Mother-son duo charged with $237K affordable housing fraud 

Gwendolyn J. Martin and son Lawrence Amos each face a charge that could carry up to 30 years in prison, in an alleged CHA scam

Kwame Raoul Charges Mother-Son Duo in Alleged Housing Fraud
Attorney General Kwame Raoul (Getty)

Illinois is cracking down on a mother-son duo who the state alleges defrauded Chicago’s affordable housing system out of hundreds of thousands of dollars in government assistance for which they weren’t eligible.

Attorney General Kwame Raoul filed charges against Gwendolyn J. Martin, 59, and her son, Lawrence Amos, 43, both residents of Chicago, for allegedly orchestrating a 16-year scheme that involved falsifying documents to obtain funds and benefits from the Chicago Housing Authority, the Illinois Housing Development Authority and the U.S. Small Business Administration.

“Without the assistance provided by the Housing Choice Voucher Program, many families in need would have nowhere to turn for housing support. It is unconscionable any individual would take advantage of this vital program,” Raoul said in a statement.

Martin allegedly misrepresented her eligibility for housing choice vouchers through the CHA by concealing ownership of a residential property, according to Raoul’s office. Furthermore, investigators claim Martin and Amos collaborated to have Amos act as the agent for properties rented using Martin’s illicitly obtained CHA vouchers, thus diverting funds for personal gain.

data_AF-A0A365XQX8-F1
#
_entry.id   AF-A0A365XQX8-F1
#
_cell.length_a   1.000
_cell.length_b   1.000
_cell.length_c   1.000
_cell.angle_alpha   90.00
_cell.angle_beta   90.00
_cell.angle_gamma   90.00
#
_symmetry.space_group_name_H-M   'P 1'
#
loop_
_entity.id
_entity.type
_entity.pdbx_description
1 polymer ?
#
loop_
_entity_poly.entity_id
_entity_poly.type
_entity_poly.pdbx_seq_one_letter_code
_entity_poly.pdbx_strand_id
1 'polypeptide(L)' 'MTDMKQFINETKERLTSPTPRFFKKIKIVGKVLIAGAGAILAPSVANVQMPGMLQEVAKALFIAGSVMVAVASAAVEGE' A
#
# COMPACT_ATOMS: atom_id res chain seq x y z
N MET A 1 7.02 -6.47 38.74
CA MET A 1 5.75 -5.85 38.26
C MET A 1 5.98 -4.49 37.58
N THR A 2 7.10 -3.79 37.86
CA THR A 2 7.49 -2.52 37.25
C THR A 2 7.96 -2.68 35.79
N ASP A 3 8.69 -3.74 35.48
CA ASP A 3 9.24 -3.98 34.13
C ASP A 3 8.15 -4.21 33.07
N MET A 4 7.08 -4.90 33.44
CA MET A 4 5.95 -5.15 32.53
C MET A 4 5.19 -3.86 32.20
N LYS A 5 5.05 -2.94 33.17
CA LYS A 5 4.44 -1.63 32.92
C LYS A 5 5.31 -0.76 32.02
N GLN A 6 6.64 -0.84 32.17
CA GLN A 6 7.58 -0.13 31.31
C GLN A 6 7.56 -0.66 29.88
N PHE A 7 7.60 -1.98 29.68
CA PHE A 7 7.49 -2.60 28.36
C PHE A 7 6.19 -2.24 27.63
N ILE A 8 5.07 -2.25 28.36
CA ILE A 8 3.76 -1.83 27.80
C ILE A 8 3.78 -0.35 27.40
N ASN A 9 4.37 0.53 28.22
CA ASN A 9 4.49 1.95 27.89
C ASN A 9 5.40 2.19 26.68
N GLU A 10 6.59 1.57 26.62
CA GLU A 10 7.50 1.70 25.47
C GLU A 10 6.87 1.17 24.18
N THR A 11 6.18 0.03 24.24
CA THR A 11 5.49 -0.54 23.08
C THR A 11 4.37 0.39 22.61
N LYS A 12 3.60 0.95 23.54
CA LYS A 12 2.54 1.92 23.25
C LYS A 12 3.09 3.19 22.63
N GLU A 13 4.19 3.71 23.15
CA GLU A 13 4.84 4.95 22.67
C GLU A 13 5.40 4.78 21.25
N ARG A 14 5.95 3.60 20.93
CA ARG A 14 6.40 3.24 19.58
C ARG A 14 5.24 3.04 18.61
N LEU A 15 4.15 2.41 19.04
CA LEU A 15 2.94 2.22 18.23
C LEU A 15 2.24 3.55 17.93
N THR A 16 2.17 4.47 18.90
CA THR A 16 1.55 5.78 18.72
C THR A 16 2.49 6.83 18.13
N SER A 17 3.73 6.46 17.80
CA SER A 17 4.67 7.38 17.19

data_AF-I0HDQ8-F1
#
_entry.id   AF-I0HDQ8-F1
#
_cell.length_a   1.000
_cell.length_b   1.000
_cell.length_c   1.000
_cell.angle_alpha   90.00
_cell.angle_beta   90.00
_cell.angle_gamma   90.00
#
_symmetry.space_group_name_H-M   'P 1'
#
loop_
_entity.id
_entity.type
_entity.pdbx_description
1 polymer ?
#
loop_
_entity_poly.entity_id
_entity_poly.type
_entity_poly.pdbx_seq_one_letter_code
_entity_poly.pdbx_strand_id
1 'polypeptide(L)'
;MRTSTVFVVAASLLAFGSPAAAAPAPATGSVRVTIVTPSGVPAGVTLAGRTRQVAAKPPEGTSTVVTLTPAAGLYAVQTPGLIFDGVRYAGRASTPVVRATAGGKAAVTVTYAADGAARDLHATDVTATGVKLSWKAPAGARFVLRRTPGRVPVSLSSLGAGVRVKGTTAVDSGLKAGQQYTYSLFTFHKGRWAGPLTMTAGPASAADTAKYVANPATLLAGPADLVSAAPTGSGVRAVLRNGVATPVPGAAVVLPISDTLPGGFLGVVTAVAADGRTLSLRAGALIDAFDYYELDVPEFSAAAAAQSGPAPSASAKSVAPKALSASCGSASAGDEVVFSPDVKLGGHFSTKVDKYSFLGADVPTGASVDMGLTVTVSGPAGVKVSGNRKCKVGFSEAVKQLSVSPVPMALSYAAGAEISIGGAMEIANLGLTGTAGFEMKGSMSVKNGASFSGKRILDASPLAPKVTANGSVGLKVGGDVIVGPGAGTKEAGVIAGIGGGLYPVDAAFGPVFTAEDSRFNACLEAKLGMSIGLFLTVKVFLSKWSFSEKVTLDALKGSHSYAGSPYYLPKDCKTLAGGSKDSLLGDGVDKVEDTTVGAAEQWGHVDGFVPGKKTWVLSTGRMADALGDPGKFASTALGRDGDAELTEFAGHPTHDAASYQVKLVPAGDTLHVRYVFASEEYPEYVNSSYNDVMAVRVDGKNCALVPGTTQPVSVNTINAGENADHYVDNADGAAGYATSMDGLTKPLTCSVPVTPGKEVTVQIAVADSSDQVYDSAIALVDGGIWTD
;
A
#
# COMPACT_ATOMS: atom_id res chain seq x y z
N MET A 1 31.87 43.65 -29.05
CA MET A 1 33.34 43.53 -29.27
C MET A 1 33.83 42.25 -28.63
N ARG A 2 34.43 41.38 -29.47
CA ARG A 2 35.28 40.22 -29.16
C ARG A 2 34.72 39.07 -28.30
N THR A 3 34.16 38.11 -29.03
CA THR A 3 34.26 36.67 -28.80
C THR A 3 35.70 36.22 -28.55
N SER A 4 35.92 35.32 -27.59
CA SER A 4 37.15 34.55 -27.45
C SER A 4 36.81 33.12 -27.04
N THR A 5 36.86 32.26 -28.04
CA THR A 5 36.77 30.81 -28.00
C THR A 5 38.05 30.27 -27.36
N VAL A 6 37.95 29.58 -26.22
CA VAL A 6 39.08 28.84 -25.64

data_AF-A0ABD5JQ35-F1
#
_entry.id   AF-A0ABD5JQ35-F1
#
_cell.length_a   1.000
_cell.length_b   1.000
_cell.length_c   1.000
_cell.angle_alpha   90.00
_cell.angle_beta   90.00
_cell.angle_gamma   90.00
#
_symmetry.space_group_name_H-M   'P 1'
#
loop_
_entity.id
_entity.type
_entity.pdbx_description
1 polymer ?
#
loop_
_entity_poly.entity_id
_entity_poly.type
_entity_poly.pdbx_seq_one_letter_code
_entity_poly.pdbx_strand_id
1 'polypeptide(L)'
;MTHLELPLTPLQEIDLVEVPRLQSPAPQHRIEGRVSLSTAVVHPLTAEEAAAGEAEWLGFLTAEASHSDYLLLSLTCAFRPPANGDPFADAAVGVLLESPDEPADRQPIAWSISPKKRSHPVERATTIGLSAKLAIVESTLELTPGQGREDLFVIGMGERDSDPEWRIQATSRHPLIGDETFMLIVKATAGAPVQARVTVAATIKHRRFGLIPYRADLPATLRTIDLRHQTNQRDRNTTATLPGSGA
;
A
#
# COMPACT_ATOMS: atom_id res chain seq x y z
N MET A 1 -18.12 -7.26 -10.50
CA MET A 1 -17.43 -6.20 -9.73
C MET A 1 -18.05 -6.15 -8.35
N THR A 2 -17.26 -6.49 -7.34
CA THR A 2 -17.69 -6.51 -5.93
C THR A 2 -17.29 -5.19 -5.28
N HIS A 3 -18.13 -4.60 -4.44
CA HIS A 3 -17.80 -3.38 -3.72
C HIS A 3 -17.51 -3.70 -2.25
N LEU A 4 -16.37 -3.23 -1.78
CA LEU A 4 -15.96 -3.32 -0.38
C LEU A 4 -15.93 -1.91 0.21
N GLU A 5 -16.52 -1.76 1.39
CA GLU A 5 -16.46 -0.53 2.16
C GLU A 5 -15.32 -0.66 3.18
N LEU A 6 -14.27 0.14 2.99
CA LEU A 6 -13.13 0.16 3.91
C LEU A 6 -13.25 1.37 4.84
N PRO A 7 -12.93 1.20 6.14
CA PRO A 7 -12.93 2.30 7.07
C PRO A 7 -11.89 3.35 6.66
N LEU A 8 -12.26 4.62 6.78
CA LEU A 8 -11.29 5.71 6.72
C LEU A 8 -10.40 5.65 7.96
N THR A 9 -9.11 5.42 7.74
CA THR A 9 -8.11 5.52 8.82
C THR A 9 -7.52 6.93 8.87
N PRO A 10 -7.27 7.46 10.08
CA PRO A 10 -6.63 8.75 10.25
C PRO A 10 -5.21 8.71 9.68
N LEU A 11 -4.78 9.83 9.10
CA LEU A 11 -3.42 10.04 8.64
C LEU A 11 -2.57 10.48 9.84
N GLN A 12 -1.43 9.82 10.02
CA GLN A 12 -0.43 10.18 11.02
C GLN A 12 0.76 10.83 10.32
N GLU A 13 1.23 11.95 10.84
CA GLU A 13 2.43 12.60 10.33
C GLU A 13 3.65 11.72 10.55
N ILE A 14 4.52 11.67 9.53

Raoul’s office claims more than $236,000 was paid between December 2008 and May 2024 as a result of Martin’s voucher, while more than $158,000 was paid directly to Amos as a result of the voucher.

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“Martin and Amos engaged in a long-running, sophisticated financial fraud for many years, falsifying multiple government records, misrepresenting their identities, and profiting off of CHA’s scarce housing voucher resources, while depriving those in need of housing from getting the assistance they need,” Kathryn Richards, Inspector General for the CHA, said in a statement.

Furthermore, the accusations extend beyond housing benefits. Martin and Amos are also alleged to have fraudulently applied for and received funds from the Paycheck Protection Program through the SBA, for nonexistent businesses.

Martin and Amos each face a Class X felony charge of theft of government funds over $100,000 that could carry up to 30 years in prison if they’re convicted. They each also face multiple other felonies that could lead to prison time.

Assistant Attorney General Haley Bookhout from Raoul’s Public Integrity Bureau is set to prosecute the case.

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